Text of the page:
‘It’s Peabody’s Duty’: Campaigners Say Peabody Does Not Clear Mines On Black Mesa

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DZIŁYÍJIIN, Arizona.

Environmental activists want to ensure that Peabody Western Coal Company cleans up harmful environmental impacts at the Kayenta mine, where low sulfur coal has been produced and shipped to the Navajo plant for more than four decades.

Campaigners Nicole Horseherder and Ben Nuvamsa say they haven’t seen any corrective action since the mine closed in August 2019. Peabody Energy is closing in on filing for bankruptcy, delaying reclamation work.

Nuvamsa said thousands of acres of Navajo and Hopi land and water supplies have been destroyed by Peabody mining since 1970, when Operation Kayenta began in Dziłyíjiin.

“Both mines are now closed after digging and damaging over 20,000 acres of our land,” said Nuvamsa, former president of the Hopi tribe, in a recent meeting with the House Committee on Natural Resources on Environmental Justice for the coal country.

“Land on which our people have lived for centuries, land we use for agriculture and where we raise our families,” Nuvamsa said. “Now this land is not habitable and is now unusable. “

Horseherder, executive director of Dziłyíjiin-based Tó Nizhóní Ání, said the Office of Surface Mining Reclamation and Enforcement is supposed to oversee the reclamation.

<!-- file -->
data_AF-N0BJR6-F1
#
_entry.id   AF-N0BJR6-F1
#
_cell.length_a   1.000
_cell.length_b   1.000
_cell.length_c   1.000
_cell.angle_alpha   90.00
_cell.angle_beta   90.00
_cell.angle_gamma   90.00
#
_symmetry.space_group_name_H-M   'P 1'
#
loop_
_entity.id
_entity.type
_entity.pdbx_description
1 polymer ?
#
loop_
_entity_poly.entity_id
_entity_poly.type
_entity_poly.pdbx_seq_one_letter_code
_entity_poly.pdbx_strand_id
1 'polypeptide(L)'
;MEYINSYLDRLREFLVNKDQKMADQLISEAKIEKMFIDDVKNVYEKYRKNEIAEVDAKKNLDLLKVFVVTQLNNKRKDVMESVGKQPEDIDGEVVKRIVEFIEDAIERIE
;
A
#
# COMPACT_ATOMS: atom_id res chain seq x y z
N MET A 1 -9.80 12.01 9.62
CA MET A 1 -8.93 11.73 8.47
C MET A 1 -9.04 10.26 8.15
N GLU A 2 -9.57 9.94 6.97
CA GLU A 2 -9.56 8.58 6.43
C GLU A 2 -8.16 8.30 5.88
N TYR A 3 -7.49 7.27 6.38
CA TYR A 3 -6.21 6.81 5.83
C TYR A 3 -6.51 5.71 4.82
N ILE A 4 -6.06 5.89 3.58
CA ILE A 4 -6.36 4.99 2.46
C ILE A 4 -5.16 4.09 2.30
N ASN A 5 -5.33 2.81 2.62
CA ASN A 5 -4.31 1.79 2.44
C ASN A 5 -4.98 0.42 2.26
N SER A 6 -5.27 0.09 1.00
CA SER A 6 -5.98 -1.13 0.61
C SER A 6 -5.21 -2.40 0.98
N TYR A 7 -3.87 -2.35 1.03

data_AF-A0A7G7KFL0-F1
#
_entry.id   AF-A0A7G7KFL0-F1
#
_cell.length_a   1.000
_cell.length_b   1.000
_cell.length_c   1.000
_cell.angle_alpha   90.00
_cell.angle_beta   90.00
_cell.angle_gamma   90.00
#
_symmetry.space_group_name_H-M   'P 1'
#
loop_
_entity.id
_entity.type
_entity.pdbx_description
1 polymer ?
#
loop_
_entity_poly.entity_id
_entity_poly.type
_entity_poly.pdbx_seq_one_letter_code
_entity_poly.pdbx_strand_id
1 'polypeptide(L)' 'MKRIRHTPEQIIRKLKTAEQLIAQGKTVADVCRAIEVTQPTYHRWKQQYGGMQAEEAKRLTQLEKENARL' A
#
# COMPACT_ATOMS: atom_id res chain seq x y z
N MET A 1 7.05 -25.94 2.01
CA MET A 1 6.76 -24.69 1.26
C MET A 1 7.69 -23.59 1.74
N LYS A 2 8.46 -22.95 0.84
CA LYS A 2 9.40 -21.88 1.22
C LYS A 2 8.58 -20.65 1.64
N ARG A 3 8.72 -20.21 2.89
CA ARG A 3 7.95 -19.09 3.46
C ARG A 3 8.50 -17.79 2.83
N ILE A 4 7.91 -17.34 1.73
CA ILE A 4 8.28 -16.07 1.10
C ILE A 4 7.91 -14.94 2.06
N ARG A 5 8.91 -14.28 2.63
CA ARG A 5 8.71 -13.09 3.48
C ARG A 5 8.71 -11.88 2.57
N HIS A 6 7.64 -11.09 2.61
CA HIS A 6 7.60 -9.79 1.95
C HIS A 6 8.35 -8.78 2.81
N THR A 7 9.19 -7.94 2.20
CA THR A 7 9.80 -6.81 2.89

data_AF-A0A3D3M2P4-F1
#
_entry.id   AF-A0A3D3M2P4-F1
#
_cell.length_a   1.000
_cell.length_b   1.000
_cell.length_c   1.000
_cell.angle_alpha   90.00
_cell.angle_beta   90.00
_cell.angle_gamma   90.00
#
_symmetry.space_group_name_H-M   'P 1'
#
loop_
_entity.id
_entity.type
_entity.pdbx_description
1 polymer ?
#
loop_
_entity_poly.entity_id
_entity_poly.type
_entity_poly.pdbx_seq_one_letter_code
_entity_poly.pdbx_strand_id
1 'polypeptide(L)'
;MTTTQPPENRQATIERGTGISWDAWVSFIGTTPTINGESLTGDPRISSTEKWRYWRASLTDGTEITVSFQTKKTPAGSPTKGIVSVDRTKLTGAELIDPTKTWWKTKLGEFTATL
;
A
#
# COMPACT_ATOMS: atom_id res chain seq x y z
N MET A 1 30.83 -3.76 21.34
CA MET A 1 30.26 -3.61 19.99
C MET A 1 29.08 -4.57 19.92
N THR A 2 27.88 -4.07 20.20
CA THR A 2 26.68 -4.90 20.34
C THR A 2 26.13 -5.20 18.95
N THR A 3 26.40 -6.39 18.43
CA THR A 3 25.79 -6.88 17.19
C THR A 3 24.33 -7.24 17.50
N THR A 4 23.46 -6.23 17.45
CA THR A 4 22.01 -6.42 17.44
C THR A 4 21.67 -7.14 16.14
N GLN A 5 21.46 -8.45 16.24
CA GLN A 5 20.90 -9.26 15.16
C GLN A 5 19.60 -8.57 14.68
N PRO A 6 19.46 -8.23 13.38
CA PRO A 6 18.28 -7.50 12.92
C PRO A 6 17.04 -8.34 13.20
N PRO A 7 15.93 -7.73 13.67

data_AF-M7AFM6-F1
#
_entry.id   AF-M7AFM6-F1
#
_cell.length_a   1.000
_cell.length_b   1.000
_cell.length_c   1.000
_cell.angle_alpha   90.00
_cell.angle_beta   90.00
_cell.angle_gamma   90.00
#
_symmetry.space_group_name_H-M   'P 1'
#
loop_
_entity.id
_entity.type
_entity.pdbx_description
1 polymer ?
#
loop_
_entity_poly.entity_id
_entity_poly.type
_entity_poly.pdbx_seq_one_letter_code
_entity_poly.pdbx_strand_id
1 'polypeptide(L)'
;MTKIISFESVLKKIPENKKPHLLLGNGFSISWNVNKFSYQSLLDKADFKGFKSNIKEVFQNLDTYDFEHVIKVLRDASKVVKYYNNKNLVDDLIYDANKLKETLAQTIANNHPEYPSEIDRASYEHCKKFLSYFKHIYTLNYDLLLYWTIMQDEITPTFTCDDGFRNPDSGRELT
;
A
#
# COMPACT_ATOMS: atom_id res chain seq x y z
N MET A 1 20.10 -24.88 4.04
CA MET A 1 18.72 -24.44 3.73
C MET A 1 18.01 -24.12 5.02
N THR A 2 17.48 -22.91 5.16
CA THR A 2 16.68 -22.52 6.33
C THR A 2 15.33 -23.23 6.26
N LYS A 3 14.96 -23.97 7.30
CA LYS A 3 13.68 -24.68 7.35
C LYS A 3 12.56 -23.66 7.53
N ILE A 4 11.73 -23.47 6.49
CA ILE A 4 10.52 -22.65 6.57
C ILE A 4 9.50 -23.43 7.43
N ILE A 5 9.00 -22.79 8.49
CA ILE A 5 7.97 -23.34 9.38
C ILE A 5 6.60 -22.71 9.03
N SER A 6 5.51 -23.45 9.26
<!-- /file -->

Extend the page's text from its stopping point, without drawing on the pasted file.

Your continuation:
“But (OSMR) today has done absolutely nothing to ensure that the reclamation takes place in a timely and adequate manner,” Horseherder said. “(This) allowed Peabody to leave damage to the Black Mesa mine and took no action to continue reclamation work at the Kayenta mine.”

The dark side of coal

More than three years after emerging from a bankruptcy restructuring in 2017 that purged $ 5 million of debt from its balance sheet, Peabody Energy was on the brink of yet another potential default late last year.

But Peabody made a deal with the creditors to give himself more time to pay off a large debt. The deal also provides additional credit to Peabody. The company has given itself until 2024 to raise the bar.

“Operational and productivity improvements continue to take hold across the company,” said Glenn Kellow, former president and CEO of Peabody, who stepped down on June 1. of our long-term debt.

Collapses of coal companies have become increasingly common in the United States. With utilities rapidly switching to cheap natural gas and renewable sources like wind and solar power, coal companies have closed mines and laid off workers.

“The company emerged from its first bankruptcy just four years ago and barely avoided another… by making a deal to restructure hundreds of millions of dollars in debt,” Horseherder said. “This business is on a fast track to insolvency.”

That would be disastrous for the reclamation, and it would allow Peabody to dictate what the reclamation looks like, which is likely a shortcut to saving money, Horseherder said.

“It would also limit the ability of our employees to participate in the reclamation process,” she added. “The Kayenta mine closed almost two years ago, but the OSM (RE) has not lifted a finger to demand a major license review. “

The review of Peabody’s license is currently on hold, according to OSMRE, which received a review request for the Kayenta mine complex on May 1, 2012. The review request was updated by Peabody on December 18, 2013; February 10, 2014; and May 2, 2014.